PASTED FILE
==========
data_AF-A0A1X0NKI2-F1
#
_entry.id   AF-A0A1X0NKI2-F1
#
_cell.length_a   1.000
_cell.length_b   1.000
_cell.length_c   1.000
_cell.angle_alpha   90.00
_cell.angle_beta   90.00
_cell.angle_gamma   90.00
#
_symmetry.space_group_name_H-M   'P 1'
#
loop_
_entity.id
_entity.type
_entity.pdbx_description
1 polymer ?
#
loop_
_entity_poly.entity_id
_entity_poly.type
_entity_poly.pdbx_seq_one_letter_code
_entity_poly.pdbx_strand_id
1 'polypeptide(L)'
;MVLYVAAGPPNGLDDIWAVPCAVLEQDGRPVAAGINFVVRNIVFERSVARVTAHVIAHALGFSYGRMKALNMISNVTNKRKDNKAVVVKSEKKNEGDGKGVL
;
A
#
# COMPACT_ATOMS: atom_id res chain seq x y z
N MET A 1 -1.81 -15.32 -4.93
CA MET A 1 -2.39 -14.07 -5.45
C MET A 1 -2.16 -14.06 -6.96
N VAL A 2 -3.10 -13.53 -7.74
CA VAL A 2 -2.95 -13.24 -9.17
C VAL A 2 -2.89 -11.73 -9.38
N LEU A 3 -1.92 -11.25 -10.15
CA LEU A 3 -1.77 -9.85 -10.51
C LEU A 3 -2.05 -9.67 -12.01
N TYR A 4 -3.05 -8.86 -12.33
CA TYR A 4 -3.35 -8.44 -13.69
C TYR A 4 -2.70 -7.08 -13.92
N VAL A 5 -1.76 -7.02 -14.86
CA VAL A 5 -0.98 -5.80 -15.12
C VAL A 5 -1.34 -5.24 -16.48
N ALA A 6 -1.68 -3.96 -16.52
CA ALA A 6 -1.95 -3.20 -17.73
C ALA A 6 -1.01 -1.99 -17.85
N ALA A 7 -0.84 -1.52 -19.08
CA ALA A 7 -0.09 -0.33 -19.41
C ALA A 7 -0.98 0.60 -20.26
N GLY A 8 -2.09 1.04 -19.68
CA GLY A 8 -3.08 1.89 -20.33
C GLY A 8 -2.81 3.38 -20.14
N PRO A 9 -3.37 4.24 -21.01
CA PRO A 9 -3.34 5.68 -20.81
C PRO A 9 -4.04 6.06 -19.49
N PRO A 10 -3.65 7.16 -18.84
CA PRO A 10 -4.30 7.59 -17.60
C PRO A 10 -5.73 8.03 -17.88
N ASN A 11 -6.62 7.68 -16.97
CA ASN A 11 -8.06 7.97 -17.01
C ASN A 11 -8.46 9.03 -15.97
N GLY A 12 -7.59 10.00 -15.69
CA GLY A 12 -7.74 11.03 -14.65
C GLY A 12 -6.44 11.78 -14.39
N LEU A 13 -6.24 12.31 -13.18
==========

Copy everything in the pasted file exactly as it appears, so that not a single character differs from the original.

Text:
data_AF-A0A1X0NKI2-F1
#
_entry.id   AF-A0A1X0NKI2-F1
#
_cell.length_a   1.000
_cell.length_b   1.000
_cell.length_c   1.000
_cell.angle_alpha   90.00
_cell.angle_beta   90.00
_cell.angle_gamma   90.00
#
_symmetry.space_group_name_H-M   'P 1'
#
loop_
_entity.id
_entity.type
_entity.pdbx_description
1 polymer ?
#
loop_
_entity_poly.entity_id
_entity_poly.type
_entity_poly.pdbx_seq_one_letter_code
_entity_poly.pdbx_strand_id
1 'polypeptide(L)'
;MVLYVAAGPPNGLDDIWAVPCAVLEQDGRPVAAGINFVVRNIVFERSVARVTAHVIAHALGFSYGRMKALNMISNVTNKRKDNKAVVVKSEKKNEGDGKGVL
;
A
#
# COMPACT_ATOMS: atom_id res chain seq x y z
N MET A 1 -1.81 -15.32 -4.93
CA MET A 1 -2.39 -14.07 -5.45
C MET A 1 -2.16 -14.06 -6.96
N VAL A 2 -3.10 -13.53 -7.74
CA VAL A 2 -2.95 -13.24 -9.17
C VAL A 2 -2.89 -11.73 -9.38
N LEU A 3 -1.92 -11.25 -10.15
CA LEU A 3 -1.77 -9.85 -10.51
C LEU A 3 -2.05 -9.67 -12.01
N TYR A 4 -3.05 -8.86 -12.33
CA TYR A 4 -3.35 -8.44 -13.69
C TYR A 4 -2.70 -7.08 -13.92
N VAL A 5 -1.76 -7.02 -14.86
CA VAL A 5 -0.98 -5.80 -15.12
C VAL A 5 -1.34 -5.24 -16.48
N ALA A 6 -1.68 -3.96 -16.52
CA ALA A 6 -1.95 -3.20 -17.73
C ALA A 6 -1.01 -1.99 -17.85
N ALA A 7 -0.84 -1.52 -19.08
CA ALA A 7 -0.09 -0.33 -19.41
C ALA A 7 -0.98 0.60 -20.26
N GLY A 8 -2.09 1.04 -19.68
CA GLY A 8 -3.08 1.89 -20.33
C GLY A 8 -2.81 3.38 -20.14
N PRO A 9 -3.37 4.24 -21.01
CA PRO A 9 -3.34 5.68 -20.81
C PRO A 9 -4.04 6.06 -19.49
N PRO A 10 -3.65 7.16 -18.84
CA PRO A 10 -4.30 7.59 -17.60
C PRO A 10 -5.73 8.03 -17.88
N ASN A 11 -6.62 7.68 -16.97
CA ASN A 11 -8.06 7.97 -17.01
C ASN A 11 -8.46 9.03 -15.97
N GLY A 12 -7.59 10.00 -15.69
CA GLY A 12 -7.74 11.03 -14.65
C GLY A 12 -6.44 11.78 -14.39
N LEU A 13 -6.24 12.31 -13.18